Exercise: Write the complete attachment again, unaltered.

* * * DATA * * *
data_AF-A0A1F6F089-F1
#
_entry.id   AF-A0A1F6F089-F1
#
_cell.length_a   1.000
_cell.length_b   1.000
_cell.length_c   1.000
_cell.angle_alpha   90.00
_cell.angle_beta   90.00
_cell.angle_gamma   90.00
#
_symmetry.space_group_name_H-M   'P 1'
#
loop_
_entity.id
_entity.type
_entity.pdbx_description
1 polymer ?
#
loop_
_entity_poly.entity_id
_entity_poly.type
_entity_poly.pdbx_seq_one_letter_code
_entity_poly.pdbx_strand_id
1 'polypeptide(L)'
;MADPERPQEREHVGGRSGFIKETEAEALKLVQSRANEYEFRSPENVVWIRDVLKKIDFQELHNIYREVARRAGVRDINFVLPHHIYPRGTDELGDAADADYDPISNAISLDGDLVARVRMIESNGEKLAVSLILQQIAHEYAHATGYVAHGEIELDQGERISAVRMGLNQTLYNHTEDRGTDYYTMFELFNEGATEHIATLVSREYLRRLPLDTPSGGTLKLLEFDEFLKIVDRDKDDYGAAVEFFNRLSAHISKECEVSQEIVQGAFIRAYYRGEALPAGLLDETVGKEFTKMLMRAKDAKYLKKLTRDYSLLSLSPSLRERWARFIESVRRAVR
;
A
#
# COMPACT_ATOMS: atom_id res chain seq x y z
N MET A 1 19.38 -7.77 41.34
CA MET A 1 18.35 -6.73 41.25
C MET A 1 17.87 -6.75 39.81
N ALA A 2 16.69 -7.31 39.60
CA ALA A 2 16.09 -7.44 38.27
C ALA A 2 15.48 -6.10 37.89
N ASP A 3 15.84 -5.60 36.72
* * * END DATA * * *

data_AF-A0A1F6F089-F1
#
_entry.id   AF-A0A1F6F089-F1
#
_cell.length_a   1.000
_cell.length_b   1.000
_cell.length_c   1.000
_cell.angle_alpha   90.00
_cell.angle_beta   90.00
_cell.angle_gamma   90.00
#
_symmetry.space_group_name_H-M   'P 1'
#
loop_
_entity.id
_entity.type
_entity.pdbx_description
1 polymer ?
#
loop_
_entity_poly.entity_id
_entity_poly.type
_entity_poly.pdbx_seq_one_letter_code
_entity_poly.pdbx_strand_id
1 'polypeptide(L)'
;MADPERPQEREHVGGRSGFIKETEAEALKLVQSRANEYEFRSPENVVWIRDVLKKIDFQELHNIYREVARRAGVRDINFVLPHHIYPRGTDELGDAADADYDPISNAISLDGDLVARVRMIESNGEKLAVSLILQQIAHEYAHATGYVAHGEIELDQGERISAVRMGLNQTLYNHTEDRGTDYYTMFELFNEGATEHIATLVSREYLRRLPLDTPSGGTLKLLEFDEFLKIVDRDKDDYGAAVEFFNRLSAHISKECEVSQEIVQGAFIRAYYRGEALPAGLLDETVGKEFTKMLMRAKDAKYLKKLTRDYSLLSLSPSLRERWARFIESVRRAVR
;
A
#
# COMPACT_ATOMS: atom_id res chain seq x y z
N MET A 1 19.38 -7.77 41.34
CA MET A 1 18.35 -6.73 41.25
C MET A 1 17.87 -6.75 39.81
N ALA A 2 16.69 -7.31 39.60
CA ALA A 2 16.09 -7.44 38.27
C ALA A 2 15.48 -6.10 37.89
N ASP A 3 15.84 -5.60 36.72